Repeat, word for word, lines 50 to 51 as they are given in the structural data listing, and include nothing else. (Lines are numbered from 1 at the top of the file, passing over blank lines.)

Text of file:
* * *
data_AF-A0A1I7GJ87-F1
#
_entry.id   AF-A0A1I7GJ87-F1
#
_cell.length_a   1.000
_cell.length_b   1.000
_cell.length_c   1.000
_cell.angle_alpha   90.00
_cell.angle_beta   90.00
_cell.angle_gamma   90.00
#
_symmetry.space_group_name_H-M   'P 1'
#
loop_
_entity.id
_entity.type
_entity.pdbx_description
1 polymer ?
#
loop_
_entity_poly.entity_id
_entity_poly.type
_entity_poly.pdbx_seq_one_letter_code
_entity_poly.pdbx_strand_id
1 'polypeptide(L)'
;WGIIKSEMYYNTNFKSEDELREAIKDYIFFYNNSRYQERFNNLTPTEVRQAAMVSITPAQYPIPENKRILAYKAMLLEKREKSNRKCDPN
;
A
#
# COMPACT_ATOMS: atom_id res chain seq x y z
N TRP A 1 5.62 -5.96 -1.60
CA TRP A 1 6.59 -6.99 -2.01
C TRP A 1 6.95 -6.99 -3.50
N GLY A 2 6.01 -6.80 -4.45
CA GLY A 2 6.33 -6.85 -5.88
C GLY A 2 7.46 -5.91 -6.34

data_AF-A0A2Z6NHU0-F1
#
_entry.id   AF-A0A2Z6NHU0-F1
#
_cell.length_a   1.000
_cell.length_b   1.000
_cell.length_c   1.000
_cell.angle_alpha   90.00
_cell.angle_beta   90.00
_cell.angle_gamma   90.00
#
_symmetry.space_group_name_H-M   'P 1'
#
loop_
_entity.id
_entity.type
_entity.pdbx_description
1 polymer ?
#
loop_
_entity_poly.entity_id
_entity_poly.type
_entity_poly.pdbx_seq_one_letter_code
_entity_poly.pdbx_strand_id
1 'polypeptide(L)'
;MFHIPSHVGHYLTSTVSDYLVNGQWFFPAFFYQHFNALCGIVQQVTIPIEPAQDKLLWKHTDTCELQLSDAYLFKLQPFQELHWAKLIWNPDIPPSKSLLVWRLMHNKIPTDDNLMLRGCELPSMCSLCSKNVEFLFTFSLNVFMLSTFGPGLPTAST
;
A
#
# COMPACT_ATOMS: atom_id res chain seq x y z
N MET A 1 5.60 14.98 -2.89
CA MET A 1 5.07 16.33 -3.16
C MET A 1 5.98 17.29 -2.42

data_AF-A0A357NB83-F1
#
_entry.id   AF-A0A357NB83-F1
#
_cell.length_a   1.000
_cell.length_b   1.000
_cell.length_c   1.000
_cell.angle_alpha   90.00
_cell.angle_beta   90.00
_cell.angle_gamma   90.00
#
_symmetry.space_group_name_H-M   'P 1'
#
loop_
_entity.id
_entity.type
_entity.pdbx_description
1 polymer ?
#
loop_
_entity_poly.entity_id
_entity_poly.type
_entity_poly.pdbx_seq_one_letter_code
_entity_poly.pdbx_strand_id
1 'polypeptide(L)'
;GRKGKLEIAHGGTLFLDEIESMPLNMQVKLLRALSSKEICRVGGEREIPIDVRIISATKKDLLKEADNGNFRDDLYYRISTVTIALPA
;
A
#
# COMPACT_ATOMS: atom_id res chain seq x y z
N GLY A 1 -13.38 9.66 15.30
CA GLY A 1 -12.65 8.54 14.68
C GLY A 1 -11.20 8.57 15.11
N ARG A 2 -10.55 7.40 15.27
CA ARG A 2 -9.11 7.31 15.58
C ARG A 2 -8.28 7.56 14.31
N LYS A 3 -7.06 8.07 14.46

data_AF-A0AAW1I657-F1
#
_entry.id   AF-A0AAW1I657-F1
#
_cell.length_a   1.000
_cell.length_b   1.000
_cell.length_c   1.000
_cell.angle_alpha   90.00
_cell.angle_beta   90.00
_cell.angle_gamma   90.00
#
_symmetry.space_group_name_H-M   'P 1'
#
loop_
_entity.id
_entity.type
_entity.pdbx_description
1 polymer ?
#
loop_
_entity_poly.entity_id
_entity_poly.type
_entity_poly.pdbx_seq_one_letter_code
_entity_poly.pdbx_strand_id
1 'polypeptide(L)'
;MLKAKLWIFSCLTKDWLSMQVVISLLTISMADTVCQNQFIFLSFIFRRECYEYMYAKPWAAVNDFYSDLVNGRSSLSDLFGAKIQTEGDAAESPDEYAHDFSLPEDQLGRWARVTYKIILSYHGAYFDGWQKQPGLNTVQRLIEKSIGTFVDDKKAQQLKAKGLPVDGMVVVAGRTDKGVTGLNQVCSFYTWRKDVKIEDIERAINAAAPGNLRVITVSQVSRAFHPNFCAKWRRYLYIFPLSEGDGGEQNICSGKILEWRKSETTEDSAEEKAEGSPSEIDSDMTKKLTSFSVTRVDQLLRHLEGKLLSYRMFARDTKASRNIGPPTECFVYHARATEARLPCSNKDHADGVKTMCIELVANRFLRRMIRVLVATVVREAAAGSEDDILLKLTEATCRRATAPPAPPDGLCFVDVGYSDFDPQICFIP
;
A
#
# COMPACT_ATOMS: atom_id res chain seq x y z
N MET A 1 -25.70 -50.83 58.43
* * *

loop_
_entity.id